Today, the term “culture” is widely understood to refer to the systematic body of learned behavior which is ruth-benedicttransmitted to children from parents, schools, and communities (Robbins, 2006).  Not very long ago, “culture” was a concept that was part of the vocabulary of only a small and technical group of anthropologists.  It hadn’t yet been widely accepted that from the moment of our births, the customs into which one is born exert an enormous impact on one’s experience, personality, and behavior.

This changed with the work of one of the world’s most renowned anthropologists, Ruth Benedict.  According to her student, friend, and colleague, Margaret Mead, Ruth Benedict’s work is the main reason that the words “in our culture” have come to be widely used and understood.  Largely thanks to her, people have come to understand how profoundly one is shaped by the cultures in which one lives (Robbins, 2006).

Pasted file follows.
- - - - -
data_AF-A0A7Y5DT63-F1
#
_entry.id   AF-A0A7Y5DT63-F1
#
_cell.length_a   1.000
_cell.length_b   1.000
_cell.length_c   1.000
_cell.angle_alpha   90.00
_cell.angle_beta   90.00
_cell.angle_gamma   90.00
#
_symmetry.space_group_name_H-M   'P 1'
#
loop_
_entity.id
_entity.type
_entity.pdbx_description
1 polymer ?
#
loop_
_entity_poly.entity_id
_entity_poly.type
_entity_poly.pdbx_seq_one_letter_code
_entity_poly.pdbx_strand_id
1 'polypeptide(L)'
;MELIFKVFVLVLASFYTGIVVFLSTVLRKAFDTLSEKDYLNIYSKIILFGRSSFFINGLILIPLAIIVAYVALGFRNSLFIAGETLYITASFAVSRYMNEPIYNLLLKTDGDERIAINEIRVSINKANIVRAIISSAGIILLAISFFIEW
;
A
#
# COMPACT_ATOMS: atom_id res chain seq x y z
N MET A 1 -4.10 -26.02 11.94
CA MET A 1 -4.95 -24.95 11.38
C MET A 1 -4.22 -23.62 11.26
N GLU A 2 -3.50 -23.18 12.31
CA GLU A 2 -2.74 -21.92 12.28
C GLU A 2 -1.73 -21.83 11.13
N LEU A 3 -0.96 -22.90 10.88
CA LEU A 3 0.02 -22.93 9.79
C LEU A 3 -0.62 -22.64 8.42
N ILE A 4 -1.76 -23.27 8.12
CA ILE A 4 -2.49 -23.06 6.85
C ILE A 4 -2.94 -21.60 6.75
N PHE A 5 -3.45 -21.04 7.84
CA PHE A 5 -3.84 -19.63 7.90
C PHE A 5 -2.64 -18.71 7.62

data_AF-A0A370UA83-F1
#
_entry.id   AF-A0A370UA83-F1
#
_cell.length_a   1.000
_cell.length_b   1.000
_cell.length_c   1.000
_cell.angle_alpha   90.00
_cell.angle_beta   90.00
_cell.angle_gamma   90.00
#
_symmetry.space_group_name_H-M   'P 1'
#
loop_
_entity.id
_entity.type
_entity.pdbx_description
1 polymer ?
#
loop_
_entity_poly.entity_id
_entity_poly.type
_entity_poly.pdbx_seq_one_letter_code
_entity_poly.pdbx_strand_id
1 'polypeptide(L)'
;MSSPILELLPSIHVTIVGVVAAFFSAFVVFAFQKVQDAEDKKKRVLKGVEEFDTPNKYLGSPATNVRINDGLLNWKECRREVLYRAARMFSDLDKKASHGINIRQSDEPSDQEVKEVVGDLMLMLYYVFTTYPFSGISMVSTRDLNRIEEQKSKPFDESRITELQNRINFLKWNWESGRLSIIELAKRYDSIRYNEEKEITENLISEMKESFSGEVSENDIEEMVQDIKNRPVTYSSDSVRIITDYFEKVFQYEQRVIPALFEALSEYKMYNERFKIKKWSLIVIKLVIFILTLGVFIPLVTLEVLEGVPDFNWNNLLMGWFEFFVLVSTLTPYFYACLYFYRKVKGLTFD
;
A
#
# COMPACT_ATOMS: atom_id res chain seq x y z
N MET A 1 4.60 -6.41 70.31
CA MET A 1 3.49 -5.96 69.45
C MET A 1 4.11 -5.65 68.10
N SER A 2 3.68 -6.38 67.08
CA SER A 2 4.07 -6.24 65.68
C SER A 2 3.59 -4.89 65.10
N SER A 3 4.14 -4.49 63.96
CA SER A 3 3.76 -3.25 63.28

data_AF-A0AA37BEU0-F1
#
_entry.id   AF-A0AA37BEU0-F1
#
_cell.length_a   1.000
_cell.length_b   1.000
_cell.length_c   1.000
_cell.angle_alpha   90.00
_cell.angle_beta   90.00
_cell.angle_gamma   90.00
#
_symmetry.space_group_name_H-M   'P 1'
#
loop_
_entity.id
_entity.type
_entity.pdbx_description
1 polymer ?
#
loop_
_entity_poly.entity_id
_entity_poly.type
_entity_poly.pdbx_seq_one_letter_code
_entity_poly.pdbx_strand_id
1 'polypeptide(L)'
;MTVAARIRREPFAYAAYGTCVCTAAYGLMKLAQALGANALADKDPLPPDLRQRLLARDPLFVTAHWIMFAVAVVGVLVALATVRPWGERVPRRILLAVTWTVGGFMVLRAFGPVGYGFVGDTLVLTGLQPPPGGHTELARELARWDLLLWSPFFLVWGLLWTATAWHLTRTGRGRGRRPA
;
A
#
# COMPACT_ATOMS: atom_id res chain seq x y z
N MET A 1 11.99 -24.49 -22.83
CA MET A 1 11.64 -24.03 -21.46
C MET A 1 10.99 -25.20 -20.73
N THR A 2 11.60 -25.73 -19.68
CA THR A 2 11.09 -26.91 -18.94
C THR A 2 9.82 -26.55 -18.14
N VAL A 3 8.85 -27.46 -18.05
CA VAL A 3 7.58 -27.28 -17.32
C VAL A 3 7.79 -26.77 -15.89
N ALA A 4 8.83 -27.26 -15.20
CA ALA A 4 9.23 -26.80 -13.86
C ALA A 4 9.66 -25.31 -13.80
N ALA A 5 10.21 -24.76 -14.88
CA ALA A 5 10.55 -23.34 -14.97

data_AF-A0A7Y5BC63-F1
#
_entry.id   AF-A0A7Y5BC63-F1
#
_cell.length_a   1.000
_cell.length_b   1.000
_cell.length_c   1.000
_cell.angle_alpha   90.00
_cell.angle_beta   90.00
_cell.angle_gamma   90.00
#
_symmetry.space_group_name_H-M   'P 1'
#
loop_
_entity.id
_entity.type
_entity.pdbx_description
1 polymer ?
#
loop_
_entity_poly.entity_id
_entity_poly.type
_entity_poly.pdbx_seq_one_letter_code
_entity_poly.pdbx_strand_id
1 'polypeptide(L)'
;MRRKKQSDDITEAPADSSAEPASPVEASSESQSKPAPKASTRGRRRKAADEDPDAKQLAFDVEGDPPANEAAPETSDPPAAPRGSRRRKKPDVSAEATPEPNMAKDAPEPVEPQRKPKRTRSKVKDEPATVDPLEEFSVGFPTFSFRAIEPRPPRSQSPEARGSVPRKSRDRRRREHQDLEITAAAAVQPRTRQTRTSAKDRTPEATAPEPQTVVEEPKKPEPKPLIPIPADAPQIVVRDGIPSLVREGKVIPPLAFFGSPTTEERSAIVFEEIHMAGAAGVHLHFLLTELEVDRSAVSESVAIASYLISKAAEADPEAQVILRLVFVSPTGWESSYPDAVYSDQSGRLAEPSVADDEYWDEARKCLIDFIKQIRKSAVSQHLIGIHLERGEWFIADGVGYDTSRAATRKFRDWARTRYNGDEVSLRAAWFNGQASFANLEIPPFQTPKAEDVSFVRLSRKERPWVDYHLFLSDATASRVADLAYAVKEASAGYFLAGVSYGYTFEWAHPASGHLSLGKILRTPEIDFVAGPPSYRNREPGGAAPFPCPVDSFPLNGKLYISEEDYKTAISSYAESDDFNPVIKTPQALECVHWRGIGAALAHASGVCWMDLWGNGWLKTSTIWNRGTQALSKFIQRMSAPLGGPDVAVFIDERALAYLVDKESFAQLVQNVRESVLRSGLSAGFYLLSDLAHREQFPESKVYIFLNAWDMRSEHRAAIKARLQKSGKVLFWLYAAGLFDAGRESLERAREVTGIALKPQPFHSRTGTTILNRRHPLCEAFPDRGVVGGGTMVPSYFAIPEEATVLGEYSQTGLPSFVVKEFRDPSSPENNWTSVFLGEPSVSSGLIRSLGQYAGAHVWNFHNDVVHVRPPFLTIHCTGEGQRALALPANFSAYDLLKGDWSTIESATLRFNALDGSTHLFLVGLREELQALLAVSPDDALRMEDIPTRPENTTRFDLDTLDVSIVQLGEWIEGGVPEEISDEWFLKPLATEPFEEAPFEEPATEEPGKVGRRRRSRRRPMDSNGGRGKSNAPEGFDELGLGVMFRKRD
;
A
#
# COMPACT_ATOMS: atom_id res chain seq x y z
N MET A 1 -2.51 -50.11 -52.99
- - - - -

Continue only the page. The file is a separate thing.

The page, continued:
Important Influence on Personality Development

Culture, in its more inclusive sense, is an important and major influence on personality development.  It is a combination of innate personality characteristics reacting with one’s culture, including gandhienvironment and social interactions, which produce behavior in an individual.  To understand one’s personality one must understand the culture which gave it fruition.  And through that understanding one is able to gain a deeper understanding of that person’s behavior.  Gandhi’s and Mandela’s behavior would appear heinous and senseless without the proper cultural context.  Yet within the proper context these men are referred to with such adjectives as “hero”, “freedom fighter”, and “Mahatma” (great soul).  Understanding personality is a monumental task that includes understanding a person’s whole self.

Article by Ernie Wild